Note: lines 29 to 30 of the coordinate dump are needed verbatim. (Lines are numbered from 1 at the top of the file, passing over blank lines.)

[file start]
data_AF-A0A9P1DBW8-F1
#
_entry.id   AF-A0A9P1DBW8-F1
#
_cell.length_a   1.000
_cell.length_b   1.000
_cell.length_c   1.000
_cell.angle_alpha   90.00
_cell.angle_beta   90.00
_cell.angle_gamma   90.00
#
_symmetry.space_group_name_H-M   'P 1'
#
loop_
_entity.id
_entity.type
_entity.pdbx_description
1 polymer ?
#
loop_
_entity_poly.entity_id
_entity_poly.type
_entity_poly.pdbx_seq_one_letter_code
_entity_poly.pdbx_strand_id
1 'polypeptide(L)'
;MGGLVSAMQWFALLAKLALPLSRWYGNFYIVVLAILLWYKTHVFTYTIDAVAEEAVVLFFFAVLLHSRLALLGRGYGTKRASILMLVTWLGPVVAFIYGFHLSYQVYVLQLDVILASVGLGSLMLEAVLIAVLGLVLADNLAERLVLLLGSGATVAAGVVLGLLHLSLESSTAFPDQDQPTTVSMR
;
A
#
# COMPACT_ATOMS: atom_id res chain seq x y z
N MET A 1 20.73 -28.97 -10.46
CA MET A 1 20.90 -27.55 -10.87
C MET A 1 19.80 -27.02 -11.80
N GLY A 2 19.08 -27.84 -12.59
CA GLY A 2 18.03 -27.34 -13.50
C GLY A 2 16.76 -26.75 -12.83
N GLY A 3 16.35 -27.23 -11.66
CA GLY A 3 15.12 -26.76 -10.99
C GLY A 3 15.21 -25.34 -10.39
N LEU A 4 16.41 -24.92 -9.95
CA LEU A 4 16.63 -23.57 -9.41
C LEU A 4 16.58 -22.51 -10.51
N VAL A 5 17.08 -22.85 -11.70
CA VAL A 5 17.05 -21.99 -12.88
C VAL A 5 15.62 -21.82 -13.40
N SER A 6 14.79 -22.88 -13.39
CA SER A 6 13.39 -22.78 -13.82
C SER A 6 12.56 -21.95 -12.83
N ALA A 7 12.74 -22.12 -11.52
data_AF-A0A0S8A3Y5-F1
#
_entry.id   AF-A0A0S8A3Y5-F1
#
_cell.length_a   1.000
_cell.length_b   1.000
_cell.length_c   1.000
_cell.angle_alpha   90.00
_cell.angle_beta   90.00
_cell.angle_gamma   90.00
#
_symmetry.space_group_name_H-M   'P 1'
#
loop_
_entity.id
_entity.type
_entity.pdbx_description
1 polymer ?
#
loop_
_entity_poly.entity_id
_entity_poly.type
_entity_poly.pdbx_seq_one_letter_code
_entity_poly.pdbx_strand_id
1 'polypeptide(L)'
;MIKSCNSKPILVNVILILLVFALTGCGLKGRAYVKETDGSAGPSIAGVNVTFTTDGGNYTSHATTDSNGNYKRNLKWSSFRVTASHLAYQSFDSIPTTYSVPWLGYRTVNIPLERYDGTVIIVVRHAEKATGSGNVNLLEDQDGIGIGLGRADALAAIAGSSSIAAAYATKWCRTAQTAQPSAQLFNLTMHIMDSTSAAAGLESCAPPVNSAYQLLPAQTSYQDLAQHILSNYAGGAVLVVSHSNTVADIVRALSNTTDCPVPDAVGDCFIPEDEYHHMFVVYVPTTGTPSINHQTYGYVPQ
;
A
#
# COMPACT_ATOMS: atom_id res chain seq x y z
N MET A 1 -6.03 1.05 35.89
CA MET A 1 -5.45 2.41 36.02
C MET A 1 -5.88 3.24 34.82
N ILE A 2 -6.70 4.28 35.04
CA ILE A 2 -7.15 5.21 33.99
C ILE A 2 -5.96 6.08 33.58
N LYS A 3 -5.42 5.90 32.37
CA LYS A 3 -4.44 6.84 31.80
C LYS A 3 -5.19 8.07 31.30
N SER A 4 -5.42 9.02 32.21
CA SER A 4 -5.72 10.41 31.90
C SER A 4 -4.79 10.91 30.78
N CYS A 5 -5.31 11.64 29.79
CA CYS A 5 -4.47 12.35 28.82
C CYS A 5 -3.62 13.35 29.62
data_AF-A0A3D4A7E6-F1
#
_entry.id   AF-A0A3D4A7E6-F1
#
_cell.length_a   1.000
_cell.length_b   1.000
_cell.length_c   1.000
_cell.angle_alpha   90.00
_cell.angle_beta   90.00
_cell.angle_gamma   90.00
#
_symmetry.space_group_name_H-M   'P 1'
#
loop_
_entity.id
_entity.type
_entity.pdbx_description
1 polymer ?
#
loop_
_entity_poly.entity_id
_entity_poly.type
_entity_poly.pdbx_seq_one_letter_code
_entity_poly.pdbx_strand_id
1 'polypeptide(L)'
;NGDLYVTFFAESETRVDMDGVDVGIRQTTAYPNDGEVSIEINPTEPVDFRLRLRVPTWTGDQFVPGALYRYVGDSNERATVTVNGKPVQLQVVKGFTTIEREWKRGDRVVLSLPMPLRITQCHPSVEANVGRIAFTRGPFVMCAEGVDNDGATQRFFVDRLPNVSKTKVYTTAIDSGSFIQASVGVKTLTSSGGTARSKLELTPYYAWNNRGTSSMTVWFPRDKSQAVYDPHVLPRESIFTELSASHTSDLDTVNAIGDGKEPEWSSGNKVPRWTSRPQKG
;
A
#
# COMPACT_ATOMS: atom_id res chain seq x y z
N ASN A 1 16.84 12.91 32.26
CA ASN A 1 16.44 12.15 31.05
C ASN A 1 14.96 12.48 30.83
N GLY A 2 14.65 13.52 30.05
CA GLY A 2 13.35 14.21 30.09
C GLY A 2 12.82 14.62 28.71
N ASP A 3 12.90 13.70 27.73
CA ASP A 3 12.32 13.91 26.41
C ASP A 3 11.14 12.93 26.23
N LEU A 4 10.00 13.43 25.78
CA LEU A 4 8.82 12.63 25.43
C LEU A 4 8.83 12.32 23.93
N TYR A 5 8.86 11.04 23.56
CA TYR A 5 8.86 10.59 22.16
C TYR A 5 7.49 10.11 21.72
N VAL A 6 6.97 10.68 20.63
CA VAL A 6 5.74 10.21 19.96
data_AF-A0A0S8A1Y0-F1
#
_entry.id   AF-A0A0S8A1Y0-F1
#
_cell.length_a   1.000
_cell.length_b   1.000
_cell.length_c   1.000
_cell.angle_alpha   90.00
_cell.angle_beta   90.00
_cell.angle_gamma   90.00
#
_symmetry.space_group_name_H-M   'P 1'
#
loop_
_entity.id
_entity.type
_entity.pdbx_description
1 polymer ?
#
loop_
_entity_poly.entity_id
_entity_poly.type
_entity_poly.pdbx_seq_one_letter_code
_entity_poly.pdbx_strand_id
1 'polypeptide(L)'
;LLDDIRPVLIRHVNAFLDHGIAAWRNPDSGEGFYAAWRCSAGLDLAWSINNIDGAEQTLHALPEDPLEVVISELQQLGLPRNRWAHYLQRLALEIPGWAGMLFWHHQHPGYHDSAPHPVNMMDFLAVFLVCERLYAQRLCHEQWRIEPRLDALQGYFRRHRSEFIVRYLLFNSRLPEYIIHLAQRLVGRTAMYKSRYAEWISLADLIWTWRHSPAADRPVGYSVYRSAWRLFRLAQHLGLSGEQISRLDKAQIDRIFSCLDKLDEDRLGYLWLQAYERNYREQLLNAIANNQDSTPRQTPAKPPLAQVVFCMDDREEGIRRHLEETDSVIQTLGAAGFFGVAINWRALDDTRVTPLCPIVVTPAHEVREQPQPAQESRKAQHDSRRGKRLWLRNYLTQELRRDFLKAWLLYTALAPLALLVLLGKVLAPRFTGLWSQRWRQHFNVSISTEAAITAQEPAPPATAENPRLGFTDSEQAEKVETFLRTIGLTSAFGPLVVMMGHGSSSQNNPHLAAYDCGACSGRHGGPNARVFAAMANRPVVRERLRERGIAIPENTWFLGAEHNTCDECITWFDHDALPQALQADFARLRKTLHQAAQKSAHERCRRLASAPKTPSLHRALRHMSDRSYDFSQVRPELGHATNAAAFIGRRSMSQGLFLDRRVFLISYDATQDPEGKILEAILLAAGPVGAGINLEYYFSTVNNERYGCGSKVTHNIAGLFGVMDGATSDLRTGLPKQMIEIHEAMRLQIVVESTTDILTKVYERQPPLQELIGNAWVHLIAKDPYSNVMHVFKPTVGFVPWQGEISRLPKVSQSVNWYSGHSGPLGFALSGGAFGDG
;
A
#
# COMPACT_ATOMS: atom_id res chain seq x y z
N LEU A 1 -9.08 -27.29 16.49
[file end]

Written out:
#
# COMPACT_ATOMS: atom_id res chain seq x y z